What should be a hot topic in the election? Broadband

The CJR (Columbia Journalism Review) invited writers to chime in on topics they thought should be getting more attention giving the upcoming midterm elections. Lyz Lenz, from Iowa, wrote about rural broadband

As of 2016, 39 percent of rural Americans lack access to high-speed broadband, compared to just four percent of urban Americans. Only 17 percent of rural Americans rely on their smartphones for internet, according to a PEW research poll. The internet that rural Americans do have is lower quality and more costly than it is for their urban counterparts. And all of this for a population that earns less than those in urban areas. To put this in perspective, rural America makes up 97 percent of America’s landscape and contains 19.3 percent of the population. The digital divide is compounded when you look at the difference in access on Tribal lands. The FCC reports that “63 percent of Americans living on Tribal lands (2.5 million people) lack access to high-speed broadband. And 85 percent of Americans living in rural areas around Tribal lands (1.7 million people) lack access.”

What’s at stake is more than just your grandma’s ability to access Facebook. “The cost of being disconnected is the highest it’s ever been,” says Tom Ferree, CEO of Connected Nation. “Connectivity means access to healthcare, education, job creation, and everything. Broadband has to be there to ensure the virility and sustainability of the community. Previously, the vitality of America was based on infrastructure—roads and highways. Now it’s broadband infrastructure. If people can’t access reliable internet in an affordable way, they will be relegated to industries that are stagnating. Or they will move.” Connectivity, Ferree adds, isn’t just for humans. The machines farmers use in the field to plant and harvest and monitor the crops all require connectivity. “This isn’t just about us,” says Ferree. “This is also about our food supply.”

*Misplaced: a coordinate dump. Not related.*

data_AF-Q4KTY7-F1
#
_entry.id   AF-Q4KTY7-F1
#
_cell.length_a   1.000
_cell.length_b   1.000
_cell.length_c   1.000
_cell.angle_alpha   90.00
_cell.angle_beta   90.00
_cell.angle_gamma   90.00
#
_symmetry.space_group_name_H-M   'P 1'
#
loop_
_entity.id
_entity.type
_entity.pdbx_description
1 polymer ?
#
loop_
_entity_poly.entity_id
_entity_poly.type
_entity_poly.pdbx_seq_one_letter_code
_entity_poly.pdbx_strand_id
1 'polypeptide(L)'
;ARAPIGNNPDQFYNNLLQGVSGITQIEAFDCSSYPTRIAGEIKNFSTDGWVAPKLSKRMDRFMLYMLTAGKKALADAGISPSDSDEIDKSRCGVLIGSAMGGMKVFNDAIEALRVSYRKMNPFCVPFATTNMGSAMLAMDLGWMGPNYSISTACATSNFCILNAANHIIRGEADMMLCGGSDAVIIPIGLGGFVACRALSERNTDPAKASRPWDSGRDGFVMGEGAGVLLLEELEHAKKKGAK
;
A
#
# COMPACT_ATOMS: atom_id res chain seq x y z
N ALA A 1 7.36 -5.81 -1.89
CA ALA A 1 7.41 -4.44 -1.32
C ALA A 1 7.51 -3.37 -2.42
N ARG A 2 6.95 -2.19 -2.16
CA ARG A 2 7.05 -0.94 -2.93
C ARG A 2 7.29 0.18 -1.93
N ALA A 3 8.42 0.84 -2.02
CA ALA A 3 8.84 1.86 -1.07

Right now, Ferree states, “America is living with a caste system of digital inequality. And with the advent of 5G internet, the digital divide will only deepen if Iowa can’t catch up.” A report released last month by the Broadband Commission for Sustainable Development calls broadband access as necessary for quality of life as “essential as water and electricity networks.”

This entry was posted in Elections by Ann Treacy. Bookmark the permalink.

About Ann Treacy

I have a Master’s Degree in Library and Information Science. I have been interested or involved in providing access to information through the Internet since 1994, when I worked for Minnesota’s first Internet service provider. I am pleased to be a part of the Blandin on Broadband Team. I also work with MN Coalition on Government Information, Minnesota Rural Partners, and the American Society for Information Science and Technology.

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